Owning a water pump in rural Australia is one of the easiest ways to source water. From watering cattle to domestic use, pumping water from underground sources is critical in areas that do not have a connection to the mains. However, you can only benefit from your pump if it is running in optimal condition. That said, water pumps can develop problems with one of the main ones being the inability to pump water even though the pump's motor is running. This article looks at the possible culprits in such a situation.
Not Filling Primer Cap
Some water pumps are self-priming while others have to be primed before pumping water. It means that water must first fill the cap before the pump can start pumping water. A water pump with a self-primer will fill the primer cap automatically once the pump is turned on. However, if your water pump requires manual priming, then it will not pump water even when powered on. It is because the pump is still filled with air which does not allow water through once the pump is powered on. Therefore, if your pump is running but not pumping water, ensure that you fill the primer cap with water manually. It will create a vacuum, thereby drawing water.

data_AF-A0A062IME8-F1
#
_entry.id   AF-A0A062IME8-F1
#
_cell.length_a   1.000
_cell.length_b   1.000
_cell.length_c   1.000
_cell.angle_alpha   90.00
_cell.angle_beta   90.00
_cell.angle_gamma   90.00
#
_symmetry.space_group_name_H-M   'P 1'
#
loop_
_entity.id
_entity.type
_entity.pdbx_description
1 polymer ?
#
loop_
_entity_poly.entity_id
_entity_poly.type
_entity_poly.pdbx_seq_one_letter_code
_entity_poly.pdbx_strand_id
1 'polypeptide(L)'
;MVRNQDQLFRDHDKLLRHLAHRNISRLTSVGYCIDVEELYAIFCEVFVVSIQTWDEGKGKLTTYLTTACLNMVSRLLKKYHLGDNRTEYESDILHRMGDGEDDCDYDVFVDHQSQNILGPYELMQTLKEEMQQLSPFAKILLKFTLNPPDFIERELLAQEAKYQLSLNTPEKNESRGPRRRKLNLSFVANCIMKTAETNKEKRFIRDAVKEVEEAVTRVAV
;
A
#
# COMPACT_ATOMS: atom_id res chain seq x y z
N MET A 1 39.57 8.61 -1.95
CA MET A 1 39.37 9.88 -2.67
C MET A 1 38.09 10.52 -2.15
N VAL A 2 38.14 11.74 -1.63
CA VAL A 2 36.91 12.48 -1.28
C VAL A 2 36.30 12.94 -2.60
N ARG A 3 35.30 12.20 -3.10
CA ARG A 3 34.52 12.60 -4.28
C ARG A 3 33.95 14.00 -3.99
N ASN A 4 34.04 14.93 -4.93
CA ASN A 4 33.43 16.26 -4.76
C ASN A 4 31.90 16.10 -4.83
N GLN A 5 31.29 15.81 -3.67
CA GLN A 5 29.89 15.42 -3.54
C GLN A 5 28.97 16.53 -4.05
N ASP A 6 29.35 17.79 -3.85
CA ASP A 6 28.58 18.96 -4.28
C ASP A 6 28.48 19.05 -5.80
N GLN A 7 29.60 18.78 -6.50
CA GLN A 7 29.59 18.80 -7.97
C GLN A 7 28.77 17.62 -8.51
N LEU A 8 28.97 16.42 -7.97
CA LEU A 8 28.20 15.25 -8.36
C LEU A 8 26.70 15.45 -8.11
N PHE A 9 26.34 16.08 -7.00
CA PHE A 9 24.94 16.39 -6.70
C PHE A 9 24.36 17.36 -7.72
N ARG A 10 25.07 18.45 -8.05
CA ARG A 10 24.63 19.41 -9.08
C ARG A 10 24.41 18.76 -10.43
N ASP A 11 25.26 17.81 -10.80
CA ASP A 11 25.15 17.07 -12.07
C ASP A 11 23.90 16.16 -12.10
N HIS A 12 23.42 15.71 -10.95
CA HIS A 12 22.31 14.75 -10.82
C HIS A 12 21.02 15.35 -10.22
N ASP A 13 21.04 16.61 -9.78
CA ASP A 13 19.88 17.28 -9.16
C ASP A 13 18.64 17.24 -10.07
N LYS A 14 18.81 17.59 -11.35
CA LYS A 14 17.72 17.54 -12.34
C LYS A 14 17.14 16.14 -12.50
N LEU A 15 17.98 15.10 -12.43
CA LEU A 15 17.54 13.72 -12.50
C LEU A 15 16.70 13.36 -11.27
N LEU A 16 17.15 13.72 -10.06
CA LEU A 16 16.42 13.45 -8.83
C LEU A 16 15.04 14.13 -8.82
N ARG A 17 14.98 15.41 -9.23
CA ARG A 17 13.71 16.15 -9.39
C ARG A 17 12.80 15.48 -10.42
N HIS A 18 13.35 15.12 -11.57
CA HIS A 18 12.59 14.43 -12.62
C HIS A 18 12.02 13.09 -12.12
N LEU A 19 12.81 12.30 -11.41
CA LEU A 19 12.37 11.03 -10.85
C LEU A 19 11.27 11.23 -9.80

Ideally, the impeller is the fan that rotates inside the pump as it pumps water. In a new or well-maintained pump, the fins of the impeller work fine and allow the machine to pump water at full capacity. However, the problem arises when the fins wear out or get damaged by unfiltered water and are not replaced in time. In either case, the pump will still run as usual, but the worn-out or damaged impeller fins will not pump water at full capacity. Open your pump's housing and inspect the impeller for possible wear or damage and replace it if necessary.
Broken Drive Shaft
It is the part that connects the motor to the pump, and its rotational energy gives the machine the necessary power to pump. While the driveshaft and its connections are made of robust material, the shaft can still break or fail, and the pump will no longer manage to pump water. Notably, the water pump will still run with a broken driveshaft. If you hear clunking noises inside the pump casing as the pump runs, then it might be a sign of a broken drive shaft. You can, however, only ascertain the breakdown by inspecting the part physically. Notably, most broken water pump drive shafts can be welded back and still run efficiently.
Reach out to a water pump repair technician to learn more.